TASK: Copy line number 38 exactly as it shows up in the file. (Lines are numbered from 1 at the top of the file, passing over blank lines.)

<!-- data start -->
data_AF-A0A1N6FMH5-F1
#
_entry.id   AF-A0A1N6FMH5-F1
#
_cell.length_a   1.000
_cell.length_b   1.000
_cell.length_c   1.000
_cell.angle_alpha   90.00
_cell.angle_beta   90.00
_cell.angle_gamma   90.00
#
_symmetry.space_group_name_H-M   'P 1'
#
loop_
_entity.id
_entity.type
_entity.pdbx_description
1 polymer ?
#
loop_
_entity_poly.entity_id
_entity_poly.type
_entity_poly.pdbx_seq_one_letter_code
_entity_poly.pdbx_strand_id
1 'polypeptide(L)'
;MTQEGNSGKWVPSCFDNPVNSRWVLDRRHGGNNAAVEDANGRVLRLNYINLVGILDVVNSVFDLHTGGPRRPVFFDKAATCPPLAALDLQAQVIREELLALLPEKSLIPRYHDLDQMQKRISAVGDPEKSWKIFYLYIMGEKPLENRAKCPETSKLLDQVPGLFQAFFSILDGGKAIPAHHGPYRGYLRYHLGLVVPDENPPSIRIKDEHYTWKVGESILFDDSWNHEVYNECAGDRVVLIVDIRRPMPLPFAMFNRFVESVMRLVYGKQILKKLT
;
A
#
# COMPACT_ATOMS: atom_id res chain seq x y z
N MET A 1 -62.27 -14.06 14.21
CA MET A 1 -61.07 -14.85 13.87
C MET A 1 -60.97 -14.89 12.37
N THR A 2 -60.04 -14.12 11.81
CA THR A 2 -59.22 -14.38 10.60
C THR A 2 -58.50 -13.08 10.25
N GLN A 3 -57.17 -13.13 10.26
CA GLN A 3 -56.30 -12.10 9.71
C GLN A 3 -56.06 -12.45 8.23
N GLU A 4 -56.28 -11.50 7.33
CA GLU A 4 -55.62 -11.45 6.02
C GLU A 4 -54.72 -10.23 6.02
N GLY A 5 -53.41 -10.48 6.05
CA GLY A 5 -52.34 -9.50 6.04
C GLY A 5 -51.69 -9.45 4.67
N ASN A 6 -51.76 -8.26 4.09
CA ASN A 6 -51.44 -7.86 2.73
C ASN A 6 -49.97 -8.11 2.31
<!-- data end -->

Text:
CA GLN A 3 -56.30 -12.10 9.71